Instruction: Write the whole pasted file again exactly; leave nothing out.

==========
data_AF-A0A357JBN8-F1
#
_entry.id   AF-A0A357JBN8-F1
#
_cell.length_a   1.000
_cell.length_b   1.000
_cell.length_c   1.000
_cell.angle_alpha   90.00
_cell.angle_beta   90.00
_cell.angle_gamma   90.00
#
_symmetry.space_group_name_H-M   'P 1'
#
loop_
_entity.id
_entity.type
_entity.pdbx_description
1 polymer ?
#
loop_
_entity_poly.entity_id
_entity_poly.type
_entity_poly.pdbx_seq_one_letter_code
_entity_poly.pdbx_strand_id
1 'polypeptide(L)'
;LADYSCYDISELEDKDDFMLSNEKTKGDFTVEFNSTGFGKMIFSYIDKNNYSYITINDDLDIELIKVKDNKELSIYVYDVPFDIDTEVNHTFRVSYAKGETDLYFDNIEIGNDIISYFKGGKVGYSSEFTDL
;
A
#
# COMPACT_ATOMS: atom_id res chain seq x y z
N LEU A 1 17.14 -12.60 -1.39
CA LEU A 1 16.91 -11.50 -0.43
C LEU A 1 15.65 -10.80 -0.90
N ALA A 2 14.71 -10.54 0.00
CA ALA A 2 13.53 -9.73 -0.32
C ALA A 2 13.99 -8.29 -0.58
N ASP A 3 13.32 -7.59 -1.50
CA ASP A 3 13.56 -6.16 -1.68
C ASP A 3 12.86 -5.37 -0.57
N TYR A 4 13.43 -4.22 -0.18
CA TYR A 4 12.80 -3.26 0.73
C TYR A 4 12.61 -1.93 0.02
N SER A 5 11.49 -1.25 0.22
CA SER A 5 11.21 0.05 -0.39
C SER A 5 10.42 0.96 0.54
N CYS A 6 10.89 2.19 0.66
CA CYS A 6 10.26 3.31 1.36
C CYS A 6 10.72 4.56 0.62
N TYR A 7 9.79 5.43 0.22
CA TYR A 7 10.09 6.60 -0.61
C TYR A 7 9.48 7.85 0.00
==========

data_AF-A0A357JBN8-F1
#
_entry.id   AF-A0A357JBN8-F1
#
_cell.length_a   1.000
_cell.length_b   1.000
_cell.length_c   1.000
_cell.angle_alpha   90.00
_cell.angle_beta   90.00
_cell.angle_gamma   90.00
#
_symmetry.space_group_name_H-M   'P 1'
#
loop_
_entity.id
_entity.type
_entity.pdbx_description
1 polymer ?
#
loop_
_entity_poly.entity_id
_entity_poly.type
_entity_poly.pdbx_seq_one_letter_code
_entity_poly.pdbx_strand_id
1 'polypeptide(L)'
;LADYSCYDISELEDKDDFMLSNEKTKGDFTVEFNSTGFGKMIFSYIDKNNYSYITINDDLDIELIKVKDNKELSIYVYDVPFDIDTEVNHTFRVSYAKGETDLYFDNIEIGNDIISYFKGGKVGYSSEFTDL
;
A
#
# COMPACT_ATOMS: atom_id res chain seq x y z
N LEU A 1 17.14 -12.60 -1.39
CA LEU A 1 16.91 -11.50 -0.43
C LEU A 1 15.65 -10.80 -0.90
N ALA A 2 14.71 -10.54 0.00
CA ALA A 2 13.53 -9.73 -0.32
C ALA A 2 13.99 -8.29 -0.58
N ASP A 3 13.32 -7.59 -1.50
CA ASP A 3 13.56 -6.16 -1.68
C ASP A 3 12.86 -5.37 -0.57
N TYR A 4 13.43 -4.22 -0.18
CA TYR A 4 12.80 -3.26 0.73
C TYR A 4 12.61 -1.93 0.02
N SER A 5 11.49 -1.25 0.22
CA SER A 5 11.21 0.05 -0.39
C SER A 5 10.42 0.96 0.54
N CYS A 6 10.89 2.19 0.66
CA CYS A 6 10.26 3.31 1.36
C CYS A 6 10.72 4.56 0.62
N TYR A 7 9.79 5.43 0.22
CA TYR A 7 10.09 6.60 -0.61
C TYR A 7 9.48 7.85 0.00